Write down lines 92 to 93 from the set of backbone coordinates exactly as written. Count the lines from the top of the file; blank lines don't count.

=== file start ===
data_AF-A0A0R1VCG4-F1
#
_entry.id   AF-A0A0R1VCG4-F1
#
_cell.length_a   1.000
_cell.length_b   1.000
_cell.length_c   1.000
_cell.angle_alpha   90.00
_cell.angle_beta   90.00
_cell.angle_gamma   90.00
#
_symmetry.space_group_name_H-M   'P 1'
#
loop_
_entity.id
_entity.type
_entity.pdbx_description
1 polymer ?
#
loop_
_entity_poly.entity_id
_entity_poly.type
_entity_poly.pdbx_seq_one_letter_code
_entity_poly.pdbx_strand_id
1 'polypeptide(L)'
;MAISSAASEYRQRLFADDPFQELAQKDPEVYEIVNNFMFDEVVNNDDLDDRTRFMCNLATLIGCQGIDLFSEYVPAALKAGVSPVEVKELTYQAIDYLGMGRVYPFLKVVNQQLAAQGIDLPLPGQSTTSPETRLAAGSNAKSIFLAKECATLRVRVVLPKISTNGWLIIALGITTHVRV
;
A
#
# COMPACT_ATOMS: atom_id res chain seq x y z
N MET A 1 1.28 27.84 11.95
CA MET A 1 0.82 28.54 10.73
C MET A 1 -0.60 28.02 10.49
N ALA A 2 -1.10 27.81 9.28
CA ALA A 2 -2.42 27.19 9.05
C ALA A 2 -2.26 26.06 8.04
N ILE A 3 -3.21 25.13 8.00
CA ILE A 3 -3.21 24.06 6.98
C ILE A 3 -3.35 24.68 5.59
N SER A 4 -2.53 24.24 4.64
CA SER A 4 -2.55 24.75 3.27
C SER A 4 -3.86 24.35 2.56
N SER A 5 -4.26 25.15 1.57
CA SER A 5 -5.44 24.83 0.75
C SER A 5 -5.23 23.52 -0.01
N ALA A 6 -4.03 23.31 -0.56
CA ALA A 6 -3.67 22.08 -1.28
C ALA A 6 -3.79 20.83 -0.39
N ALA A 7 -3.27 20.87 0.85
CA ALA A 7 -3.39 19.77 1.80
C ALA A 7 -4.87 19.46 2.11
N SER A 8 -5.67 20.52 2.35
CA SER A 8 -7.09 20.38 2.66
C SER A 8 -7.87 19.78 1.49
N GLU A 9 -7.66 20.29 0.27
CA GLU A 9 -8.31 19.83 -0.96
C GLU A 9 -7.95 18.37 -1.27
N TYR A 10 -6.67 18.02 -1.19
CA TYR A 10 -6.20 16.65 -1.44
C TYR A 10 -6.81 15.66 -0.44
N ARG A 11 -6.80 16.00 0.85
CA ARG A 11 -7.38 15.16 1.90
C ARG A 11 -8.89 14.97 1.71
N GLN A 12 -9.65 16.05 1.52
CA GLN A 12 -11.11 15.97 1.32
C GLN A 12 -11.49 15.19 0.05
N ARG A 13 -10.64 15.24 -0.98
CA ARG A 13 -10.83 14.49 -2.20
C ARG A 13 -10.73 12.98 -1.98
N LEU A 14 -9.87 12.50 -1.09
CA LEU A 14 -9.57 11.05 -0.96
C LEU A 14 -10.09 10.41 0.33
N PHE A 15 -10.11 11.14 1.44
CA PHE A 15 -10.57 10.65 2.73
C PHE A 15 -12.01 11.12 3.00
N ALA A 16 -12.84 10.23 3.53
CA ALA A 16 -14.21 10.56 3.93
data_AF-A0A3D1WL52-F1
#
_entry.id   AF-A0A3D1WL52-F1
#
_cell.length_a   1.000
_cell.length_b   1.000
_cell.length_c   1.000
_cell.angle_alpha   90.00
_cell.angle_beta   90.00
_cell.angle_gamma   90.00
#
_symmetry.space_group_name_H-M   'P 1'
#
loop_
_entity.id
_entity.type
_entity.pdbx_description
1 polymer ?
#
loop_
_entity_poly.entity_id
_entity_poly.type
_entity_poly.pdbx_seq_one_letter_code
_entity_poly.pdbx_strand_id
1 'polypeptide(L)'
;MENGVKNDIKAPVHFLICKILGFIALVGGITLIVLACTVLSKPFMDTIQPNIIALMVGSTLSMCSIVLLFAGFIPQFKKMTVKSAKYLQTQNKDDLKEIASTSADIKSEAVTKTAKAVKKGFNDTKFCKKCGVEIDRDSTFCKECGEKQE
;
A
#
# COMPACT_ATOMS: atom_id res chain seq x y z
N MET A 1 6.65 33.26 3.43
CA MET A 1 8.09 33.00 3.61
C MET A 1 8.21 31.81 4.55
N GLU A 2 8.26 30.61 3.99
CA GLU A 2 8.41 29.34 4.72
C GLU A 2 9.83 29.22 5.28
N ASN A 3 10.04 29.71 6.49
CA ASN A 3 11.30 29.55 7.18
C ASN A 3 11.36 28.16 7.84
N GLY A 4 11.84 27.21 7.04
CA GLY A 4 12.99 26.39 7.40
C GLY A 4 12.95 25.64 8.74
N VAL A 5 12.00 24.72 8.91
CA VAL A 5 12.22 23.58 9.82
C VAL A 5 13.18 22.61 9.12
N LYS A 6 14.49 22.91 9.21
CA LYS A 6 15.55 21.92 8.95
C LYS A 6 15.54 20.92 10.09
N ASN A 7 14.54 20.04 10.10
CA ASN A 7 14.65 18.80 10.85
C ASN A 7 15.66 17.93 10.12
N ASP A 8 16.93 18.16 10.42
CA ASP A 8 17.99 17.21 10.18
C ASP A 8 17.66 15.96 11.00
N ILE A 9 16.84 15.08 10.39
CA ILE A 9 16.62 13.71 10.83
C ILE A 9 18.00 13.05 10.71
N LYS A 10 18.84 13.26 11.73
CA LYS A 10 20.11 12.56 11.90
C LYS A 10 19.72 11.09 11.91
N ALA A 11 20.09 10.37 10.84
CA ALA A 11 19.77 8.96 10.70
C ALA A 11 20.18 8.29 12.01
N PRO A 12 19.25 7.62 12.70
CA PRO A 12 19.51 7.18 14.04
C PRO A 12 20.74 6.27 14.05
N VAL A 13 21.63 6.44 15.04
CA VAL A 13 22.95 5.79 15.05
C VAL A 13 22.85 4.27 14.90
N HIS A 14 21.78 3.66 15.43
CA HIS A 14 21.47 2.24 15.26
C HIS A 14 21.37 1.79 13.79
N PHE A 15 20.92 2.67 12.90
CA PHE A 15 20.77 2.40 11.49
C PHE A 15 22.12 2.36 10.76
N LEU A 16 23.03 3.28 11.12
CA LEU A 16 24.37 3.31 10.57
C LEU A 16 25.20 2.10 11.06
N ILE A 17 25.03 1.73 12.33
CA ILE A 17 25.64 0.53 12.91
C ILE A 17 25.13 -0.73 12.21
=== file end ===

_entity.id
_entity.type